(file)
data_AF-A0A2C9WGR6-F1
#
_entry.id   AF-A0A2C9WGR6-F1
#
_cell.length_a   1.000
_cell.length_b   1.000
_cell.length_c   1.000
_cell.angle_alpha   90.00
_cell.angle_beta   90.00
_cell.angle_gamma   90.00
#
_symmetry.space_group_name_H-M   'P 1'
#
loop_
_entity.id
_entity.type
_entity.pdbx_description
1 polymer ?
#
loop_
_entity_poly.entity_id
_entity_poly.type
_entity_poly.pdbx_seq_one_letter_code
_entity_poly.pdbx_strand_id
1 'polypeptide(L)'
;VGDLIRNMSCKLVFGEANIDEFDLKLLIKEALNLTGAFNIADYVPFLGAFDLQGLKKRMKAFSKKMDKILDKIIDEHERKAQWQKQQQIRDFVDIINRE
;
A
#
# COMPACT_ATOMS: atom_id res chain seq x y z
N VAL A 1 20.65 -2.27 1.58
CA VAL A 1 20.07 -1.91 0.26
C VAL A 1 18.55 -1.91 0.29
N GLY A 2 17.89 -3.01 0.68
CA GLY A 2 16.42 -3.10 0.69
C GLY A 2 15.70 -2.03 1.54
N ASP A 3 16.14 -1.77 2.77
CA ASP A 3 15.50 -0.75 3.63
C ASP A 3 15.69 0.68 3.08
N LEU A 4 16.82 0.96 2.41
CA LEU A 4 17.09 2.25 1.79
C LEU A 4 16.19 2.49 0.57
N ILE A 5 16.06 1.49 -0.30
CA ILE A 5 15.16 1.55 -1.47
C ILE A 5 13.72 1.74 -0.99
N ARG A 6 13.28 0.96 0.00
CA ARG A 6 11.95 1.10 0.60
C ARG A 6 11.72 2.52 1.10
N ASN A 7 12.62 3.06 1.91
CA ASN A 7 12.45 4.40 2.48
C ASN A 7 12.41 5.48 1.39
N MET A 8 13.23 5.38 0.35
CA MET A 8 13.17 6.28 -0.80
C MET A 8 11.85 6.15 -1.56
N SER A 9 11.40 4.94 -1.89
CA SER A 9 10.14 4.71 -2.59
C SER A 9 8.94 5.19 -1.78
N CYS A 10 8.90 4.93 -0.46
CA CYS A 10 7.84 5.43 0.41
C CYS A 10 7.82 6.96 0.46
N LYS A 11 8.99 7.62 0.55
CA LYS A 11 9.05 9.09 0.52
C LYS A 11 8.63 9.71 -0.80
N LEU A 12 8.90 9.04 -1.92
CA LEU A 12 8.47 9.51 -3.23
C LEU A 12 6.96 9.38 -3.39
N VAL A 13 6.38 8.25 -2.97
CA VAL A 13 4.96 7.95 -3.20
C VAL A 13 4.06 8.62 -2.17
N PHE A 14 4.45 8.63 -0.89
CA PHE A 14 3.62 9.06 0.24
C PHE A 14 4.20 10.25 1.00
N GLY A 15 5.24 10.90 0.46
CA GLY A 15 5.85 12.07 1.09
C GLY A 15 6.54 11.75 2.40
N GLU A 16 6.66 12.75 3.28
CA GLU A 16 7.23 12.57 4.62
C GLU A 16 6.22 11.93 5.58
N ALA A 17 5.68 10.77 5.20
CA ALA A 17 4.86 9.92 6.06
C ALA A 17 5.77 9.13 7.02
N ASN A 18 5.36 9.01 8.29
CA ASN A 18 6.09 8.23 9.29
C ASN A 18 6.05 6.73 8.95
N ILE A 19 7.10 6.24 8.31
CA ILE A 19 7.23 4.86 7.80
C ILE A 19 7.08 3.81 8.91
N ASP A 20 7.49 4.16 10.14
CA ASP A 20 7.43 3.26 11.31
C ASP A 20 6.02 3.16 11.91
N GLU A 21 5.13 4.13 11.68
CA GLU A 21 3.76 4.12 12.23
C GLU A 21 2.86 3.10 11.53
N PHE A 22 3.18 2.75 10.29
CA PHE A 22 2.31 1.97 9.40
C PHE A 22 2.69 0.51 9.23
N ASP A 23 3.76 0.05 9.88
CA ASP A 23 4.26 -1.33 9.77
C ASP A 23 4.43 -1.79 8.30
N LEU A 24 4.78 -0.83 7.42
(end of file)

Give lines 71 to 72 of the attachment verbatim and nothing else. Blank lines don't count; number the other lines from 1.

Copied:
CA PHE A 14 3.62 9.06 0.24
C PHE A 14 4.20 10.25 1.00